Do you have any tips for negotiating with mechanics?

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About the author

Total Articles: 18
Phil Villarreal writes Funny Money weekly for Money Under 30. He lives in Tucson and works for the Arizona Daily Star. He's also an author, blogger and Twitterer.

Article comments

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slinky says:

Also, coffee and donuts for everyone goes a LONG way towards building relationships!

David Roman says:


It sounds like you’ve done exactly what I wish everyone would do:)

slinky says:

What, bring you free coffee and donuts? 😉

slinky says:

Ditto on building a good relationship with a good mechanic. We found ours when we needed some work done Christmas eve. everyone else said after Christmas. He got us back on the road in time for Christmas eve dinner six hours away. We thanked him profusely, and dropped off a Christmas card and gift card to his favorite bar the next year. We got yelled at the one time we came in with a coupon because they always give us the lowest price they can anyway. 🙂 this last time, it was a dead battery. He checked the alternator, etc just to make sure that’s all it was, popped in a new battery, called to see if we wanted an oil change while he had the car and threw in the tire rotation for free.

David says:

Jack is right on the money.

By asking A LOT of questions, you’ll find yourself better informed and less likely to be ripped off.

The bottom line is this: establish a long-term relationship and rapport with a good mechanic, and you’ll never have to worry about being gouged again.

Dissatisfied Customer says:

And just exactly where are you supposed to find a good mechanic????? You’re missing his point. Good mechanics are like unicorns, i.e, unicorn blood.

Jack says:

Long-time mechanic here. The article made me laugh but like Jason(#2) says, we are not all out to get you. This goes for anything you purchase (home repairs etc..), you always want to find the right person to do whatever you need done if you can’t do it yourself. Getting the lowest price is not always the best option. Some places will lower the prices just to get you in the door and then do a poor job on the repairs (or use cheap parts that do not last). You need someone that will be honest, and get the repairs done right the first time. It may cost more than someone just lowering the price to get you in the door, but having that honesty and quality repair is well worth the money in the long run.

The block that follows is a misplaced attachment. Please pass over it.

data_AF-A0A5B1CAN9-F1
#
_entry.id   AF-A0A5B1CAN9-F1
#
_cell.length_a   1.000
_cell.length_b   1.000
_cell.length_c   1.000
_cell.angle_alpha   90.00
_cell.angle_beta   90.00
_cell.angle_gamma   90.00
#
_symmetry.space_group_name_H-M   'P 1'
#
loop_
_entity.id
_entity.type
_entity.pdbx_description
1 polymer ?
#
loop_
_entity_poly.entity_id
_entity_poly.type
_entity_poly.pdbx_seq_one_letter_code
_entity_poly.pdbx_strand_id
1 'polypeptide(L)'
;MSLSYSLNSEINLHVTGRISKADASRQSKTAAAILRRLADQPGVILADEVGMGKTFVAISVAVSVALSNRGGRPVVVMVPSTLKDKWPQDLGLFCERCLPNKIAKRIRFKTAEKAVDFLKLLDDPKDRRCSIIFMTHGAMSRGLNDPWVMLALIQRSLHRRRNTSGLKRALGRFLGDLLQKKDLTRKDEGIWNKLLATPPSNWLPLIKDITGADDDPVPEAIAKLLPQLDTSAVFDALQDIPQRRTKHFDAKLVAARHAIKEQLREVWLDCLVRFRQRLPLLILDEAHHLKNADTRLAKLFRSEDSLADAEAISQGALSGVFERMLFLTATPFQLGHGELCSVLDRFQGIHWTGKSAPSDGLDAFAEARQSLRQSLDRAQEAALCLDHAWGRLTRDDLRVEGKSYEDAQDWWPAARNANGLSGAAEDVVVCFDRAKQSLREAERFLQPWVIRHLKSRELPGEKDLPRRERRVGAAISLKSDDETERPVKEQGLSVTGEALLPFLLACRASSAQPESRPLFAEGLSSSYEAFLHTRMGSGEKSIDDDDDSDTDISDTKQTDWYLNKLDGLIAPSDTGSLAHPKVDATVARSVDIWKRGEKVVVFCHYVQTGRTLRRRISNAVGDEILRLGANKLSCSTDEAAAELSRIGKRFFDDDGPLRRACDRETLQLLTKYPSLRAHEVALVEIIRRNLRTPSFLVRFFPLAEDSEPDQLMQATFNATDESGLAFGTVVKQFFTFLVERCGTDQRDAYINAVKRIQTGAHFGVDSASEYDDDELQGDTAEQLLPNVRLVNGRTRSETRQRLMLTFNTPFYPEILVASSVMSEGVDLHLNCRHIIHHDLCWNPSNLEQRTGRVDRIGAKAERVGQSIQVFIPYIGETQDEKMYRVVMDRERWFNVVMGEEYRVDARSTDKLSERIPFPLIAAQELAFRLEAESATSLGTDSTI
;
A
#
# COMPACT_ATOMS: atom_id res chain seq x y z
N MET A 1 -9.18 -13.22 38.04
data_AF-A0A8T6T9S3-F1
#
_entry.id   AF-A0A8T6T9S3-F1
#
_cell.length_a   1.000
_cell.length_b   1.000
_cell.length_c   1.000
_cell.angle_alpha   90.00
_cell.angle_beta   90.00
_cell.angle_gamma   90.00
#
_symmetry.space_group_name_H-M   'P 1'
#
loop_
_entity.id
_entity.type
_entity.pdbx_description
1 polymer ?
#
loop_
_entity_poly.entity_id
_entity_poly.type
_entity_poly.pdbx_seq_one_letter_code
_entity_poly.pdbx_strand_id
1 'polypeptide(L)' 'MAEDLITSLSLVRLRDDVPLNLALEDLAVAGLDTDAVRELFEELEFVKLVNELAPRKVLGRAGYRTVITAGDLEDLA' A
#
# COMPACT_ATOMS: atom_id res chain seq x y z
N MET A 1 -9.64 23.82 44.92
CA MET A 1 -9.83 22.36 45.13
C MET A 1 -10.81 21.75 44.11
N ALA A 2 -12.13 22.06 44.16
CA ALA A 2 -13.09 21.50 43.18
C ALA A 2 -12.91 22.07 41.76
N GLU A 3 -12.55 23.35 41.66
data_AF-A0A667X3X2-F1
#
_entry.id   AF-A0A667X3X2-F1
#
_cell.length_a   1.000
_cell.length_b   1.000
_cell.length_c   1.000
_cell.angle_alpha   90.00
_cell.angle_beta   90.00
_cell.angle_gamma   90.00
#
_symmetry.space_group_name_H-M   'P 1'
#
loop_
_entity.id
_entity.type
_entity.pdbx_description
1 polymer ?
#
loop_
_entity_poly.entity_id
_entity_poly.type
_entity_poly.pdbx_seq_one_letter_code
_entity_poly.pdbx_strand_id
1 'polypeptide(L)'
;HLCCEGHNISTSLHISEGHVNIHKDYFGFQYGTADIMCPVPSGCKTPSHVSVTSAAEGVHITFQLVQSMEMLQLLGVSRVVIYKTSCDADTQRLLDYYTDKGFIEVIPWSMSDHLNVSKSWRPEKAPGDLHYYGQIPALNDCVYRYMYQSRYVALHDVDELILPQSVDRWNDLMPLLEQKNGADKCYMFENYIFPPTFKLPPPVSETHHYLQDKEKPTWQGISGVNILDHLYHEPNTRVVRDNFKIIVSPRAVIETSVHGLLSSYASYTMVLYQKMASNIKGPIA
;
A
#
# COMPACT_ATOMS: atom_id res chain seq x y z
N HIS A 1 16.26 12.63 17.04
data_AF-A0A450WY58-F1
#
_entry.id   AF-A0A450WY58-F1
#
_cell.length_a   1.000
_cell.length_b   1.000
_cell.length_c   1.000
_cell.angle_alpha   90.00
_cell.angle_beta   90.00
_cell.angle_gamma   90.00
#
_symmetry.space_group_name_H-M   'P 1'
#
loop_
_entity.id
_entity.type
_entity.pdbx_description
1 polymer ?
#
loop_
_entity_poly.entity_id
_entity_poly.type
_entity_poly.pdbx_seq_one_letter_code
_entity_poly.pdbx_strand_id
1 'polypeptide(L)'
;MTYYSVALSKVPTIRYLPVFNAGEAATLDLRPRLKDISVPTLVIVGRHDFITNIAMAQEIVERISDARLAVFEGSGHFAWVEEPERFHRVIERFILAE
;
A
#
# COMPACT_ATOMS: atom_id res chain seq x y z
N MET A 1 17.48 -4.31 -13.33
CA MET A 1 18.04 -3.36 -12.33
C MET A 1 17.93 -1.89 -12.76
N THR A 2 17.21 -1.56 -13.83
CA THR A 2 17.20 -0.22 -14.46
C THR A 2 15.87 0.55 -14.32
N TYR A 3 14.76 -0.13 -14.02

Let’s take Jason(#1)’s experience with the rotors for example. Brake squeak is very common and from my experience the number one cause is cheap pads. He may very well have needed rotors, but if they put cheap pads on there the squeak would be inevitable. Most of the time squeaks are just an annoyance be it cheap pads or water/rust/mud/dirt on the rotors. Even leaves can get in there and cause a squeak. But it also could be the wear indicator telling you your brakes are worn out.

So if you do take your car in and they tell you you need brakes/rotors or whatever, ask them why. Ask them to show you the worn out parts and even compare them to new parts if they have it readily available. Then if you are still not sure, tell them you will think about it and google it like some people have suggested. You can also usually negotiate a price down just by asking if they will lower the price or if they have any discounts available.

Jason says:

I think your kind of wrong because not all mechanic try to cheat you out on the things they need to be fix or not. I believe this because my uncle is a mechanic and he always gives the customers different ways to fix a problem depending on their problem. You should never complain to the mechanic all the time because they would rather lose the customer then every having to deal with you ever again. Just be nice to them and if you like them go back there when you need to fix your car. In the long run they would help fix more then whats on paper if they can.

Dissatisfied Customer says:

Vast majority of mechanics are lowlifes. Your uncle just happens to be a special kind of person, i.e. a unicorn

Matt Becker says: